SmarTone places its bets on smartphones
With Android and iPhone driving huge growth in takeup and data traffic on its network, SmarTone-Vodafone says it’s allocating more resources to improve the customer experience for smartphone users.
CEO Douglas Li said the Hong Kong-based operator has seen smartphone users increase by 70% since last year, of which 25% are using either Android-based handsets or the iPhone.
He expects the company will increase handset subsidies for smartphones.
Li did not reveal the number of smartphone customers, but said Android users had grown more that 50% a month in the past three months.
According to Li, Android and iPhone users were highly active and engaged in data usage, consuming data five times that of Windows phone users and 10 times that of other smartphone users.
While user behaviour of Android and iPhone devices is similar, Android users downloaded an average number of 18 apps per month, compared to 10 apps by iPhone users, SmarTone-Vodafone said.
To support Android users, the company on Thursday launched a web-based Apps Select guide exclusively for its customers, which provides information and recommendations for applications on Android Market that better meet the needs of Hong Kong users.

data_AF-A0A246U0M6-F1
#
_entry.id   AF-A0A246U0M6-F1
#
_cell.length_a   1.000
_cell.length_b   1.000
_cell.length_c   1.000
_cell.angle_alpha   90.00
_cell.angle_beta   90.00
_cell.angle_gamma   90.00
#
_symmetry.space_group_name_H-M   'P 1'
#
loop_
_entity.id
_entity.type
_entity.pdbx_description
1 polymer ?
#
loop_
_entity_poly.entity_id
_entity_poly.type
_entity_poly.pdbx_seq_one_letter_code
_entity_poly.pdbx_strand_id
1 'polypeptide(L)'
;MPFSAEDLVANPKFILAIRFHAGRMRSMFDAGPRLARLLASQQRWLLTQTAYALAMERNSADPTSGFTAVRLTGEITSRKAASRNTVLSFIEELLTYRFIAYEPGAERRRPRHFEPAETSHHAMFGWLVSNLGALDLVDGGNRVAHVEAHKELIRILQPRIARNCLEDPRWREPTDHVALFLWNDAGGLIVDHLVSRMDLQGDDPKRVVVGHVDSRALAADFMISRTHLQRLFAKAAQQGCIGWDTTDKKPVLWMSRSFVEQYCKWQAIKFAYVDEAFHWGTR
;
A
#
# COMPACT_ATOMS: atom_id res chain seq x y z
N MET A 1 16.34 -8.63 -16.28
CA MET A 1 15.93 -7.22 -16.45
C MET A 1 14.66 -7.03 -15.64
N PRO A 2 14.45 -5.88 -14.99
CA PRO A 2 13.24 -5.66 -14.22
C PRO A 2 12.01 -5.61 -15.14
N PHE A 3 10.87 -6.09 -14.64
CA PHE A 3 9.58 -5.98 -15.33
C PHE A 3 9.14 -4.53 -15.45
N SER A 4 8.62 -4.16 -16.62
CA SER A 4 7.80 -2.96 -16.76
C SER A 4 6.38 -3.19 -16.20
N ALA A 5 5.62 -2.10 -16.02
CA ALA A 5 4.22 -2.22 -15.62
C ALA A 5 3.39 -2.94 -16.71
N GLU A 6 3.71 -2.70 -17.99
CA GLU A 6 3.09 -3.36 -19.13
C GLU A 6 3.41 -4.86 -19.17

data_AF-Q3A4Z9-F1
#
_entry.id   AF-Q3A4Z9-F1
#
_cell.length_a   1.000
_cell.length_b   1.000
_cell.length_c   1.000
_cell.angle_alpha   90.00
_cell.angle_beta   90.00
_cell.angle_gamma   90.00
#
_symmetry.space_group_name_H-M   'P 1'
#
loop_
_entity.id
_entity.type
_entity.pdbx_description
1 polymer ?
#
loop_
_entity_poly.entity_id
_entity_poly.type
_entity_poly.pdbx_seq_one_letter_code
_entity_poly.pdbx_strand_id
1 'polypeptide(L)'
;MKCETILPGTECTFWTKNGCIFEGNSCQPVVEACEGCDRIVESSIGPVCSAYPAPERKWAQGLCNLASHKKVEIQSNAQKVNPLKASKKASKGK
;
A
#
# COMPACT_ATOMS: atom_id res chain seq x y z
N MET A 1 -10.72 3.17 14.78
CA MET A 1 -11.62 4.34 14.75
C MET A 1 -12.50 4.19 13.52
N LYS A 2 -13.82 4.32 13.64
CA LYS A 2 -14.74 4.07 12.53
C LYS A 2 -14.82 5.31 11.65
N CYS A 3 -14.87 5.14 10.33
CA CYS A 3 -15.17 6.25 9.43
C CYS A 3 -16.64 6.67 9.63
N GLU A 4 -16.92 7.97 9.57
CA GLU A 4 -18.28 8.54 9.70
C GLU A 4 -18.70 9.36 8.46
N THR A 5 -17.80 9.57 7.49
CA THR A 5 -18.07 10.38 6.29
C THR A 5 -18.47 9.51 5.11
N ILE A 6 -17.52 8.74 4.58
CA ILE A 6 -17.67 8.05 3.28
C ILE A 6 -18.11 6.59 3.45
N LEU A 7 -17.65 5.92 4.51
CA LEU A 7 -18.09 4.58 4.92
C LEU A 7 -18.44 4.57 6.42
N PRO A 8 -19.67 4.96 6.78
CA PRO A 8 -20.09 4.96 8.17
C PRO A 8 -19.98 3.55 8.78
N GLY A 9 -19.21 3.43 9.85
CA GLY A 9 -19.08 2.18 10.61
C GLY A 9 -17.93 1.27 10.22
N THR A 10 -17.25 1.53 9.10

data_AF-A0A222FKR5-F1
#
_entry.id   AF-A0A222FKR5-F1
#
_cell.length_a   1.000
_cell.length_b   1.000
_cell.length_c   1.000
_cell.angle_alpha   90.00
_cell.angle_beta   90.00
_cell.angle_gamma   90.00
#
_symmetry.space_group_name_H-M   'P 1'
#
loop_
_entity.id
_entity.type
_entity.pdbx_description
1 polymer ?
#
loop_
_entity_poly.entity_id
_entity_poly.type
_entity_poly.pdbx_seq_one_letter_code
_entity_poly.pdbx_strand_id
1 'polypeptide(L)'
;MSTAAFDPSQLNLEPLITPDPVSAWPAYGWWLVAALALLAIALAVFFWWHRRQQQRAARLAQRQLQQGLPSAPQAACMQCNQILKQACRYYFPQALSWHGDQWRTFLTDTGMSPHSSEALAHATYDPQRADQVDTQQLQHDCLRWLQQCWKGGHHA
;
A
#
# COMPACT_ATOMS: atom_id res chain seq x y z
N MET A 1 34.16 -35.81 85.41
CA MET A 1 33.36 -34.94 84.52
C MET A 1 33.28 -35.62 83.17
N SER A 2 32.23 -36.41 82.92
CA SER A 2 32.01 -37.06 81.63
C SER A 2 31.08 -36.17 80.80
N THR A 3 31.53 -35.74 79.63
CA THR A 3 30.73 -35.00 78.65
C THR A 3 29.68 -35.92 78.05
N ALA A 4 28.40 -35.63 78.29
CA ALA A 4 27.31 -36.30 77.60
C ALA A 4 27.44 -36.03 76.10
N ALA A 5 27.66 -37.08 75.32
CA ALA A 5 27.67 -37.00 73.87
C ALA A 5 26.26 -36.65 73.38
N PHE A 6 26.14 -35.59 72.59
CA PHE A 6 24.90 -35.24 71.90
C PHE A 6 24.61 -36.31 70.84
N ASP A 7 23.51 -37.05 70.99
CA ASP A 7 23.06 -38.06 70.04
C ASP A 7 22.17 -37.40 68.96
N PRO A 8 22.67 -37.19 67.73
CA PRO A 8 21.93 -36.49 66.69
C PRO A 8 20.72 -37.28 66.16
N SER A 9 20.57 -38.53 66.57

It has also developed new apps and widgets for Android phone, providing news, weather and multimedia content, and will run workshops every month to educate customers about their smartphones.
SmarTone is now offering four Android handsets - three from HTC and one from Samsung, ranging from HK$2,100 ($270) to HK$4,000.
With smartphones gaining increased popularity in Hong Kong, Li expected the company to increase handset subsidies for smartphones.
Asked if Android will overtake iPhone as the dominant OS for smartphones, Li said “It’s hard to say. We are [OS] agnostic and our objective is to provide the best network for the smartphone users.”
A report from research firm GFK revealed that smartphones sales in Hong Kong have increased from 23,000 in 2007 to 80,000 in 2009, with market share growing from 6% in 2007 to 21.7% in 2009.